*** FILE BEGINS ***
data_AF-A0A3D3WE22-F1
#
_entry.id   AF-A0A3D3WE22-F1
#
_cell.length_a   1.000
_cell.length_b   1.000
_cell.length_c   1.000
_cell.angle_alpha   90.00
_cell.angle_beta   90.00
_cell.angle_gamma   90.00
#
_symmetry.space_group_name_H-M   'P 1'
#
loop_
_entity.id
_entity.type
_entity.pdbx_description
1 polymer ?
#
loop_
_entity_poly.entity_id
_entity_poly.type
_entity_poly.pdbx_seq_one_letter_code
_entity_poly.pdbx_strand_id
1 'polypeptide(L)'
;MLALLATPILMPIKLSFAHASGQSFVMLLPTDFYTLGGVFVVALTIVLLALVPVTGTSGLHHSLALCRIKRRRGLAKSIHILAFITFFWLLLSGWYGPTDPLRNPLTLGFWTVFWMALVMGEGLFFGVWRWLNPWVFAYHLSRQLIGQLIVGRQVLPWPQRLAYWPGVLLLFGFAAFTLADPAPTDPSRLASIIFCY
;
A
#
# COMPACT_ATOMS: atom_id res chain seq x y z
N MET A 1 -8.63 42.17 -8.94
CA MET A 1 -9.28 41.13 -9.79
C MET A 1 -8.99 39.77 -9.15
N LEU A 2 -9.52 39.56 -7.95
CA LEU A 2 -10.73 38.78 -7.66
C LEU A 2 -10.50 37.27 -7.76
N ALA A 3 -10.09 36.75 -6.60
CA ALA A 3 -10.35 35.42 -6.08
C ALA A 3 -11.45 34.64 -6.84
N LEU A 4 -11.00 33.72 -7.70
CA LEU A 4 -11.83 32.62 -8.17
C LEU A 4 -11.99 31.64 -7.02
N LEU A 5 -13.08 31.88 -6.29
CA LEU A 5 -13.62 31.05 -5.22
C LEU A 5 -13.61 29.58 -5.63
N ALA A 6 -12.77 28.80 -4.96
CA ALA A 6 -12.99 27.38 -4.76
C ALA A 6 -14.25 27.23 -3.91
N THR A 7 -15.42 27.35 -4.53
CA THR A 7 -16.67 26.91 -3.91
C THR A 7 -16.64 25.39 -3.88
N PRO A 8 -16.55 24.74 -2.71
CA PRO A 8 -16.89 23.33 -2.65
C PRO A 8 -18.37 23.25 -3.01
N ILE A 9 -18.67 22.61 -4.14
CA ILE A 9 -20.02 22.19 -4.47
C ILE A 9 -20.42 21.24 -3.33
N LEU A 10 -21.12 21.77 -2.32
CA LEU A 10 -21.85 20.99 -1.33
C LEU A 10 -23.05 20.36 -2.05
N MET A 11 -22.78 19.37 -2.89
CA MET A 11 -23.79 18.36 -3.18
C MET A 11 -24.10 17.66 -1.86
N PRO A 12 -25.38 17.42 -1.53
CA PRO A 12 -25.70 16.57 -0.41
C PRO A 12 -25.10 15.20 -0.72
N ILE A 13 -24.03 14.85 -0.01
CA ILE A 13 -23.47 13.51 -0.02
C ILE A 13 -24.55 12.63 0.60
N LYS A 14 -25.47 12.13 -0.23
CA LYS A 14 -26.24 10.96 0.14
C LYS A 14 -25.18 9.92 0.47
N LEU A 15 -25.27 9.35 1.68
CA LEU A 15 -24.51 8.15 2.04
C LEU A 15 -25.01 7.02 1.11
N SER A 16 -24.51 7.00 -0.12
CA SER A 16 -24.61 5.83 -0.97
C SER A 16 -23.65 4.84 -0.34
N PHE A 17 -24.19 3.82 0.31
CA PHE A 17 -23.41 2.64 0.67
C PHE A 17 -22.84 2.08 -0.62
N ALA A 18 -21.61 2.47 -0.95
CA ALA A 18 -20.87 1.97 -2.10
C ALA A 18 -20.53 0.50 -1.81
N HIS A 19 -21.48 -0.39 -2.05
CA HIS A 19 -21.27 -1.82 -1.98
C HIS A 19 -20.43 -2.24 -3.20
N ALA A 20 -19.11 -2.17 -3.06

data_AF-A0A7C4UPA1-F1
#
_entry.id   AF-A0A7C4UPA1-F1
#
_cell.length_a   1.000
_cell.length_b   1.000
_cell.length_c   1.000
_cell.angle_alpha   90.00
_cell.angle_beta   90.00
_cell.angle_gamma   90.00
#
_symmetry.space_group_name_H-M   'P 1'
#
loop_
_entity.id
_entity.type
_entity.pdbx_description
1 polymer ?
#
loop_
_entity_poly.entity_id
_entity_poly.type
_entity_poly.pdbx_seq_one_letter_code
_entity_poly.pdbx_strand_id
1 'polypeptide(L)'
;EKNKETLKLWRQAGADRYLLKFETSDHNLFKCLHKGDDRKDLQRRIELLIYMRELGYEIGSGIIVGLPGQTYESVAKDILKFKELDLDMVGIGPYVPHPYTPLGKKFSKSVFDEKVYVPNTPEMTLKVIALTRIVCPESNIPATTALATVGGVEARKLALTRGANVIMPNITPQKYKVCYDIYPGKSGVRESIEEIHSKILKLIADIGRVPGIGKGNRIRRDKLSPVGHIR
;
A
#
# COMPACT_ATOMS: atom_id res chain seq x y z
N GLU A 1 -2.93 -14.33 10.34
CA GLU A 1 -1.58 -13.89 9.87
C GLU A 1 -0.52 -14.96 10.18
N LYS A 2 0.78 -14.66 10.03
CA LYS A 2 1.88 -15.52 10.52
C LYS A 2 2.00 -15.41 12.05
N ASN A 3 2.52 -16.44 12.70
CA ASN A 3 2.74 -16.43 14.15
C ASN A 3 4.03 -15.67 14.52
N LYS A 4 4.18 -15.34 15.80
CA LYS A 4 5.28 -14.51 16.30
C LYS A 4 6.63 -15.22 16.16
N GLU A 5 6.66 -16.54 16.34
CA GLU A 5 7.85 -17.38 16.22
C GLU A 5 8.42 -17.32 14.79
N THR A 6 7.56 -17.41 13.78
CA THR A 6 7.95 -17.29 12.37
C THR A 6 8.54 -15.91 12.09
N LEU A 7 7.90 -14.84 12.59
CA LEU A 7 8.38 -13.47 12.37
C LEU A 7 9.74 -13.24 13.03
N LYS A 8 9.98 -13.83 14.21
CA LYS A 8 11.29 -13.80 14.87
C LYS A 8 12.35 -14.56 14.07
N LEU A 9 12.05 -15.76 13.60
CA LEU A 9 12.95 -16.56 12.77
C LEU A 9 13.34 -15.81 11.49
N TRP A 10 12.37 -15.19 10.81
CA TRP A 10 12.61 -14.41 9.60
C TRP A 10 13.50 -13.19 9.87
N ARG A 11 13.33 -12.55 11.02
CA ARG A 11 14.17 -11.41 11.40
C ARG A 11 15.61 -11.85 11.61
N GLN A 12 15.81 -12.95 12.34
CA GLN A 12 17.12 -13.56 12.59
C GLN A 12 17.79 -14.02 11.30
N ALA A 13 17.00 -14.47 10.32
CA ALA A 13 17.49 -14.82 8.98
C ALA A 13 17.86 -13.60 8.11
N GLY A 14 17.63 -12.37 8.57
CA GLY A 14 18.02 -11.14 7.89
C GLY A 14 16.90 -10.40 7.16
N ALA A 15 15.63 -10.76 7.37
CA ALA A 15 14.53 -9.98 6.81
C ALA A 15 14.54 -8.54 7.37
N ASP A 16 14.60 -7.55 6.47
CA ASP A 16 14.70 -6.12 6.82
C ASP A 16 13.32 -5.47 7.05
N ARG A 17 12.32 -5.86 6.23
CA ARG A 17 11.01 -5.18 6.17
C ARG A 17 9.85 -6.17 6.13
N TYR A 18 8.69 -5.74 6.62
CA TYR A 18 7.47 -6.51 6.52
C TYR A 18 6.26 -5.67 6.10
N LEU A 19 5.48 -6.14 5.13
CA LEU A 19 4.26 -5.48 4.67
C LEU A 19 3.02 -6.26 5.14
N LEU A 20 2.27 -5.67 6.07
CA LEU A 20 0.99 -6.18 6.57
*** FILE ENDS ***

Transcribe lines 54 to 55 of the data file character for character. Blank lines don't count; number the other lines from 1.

C PRO A 8 -18.37 23.25 -3.01
N ILE A 9 -18.67 22.61 -4.14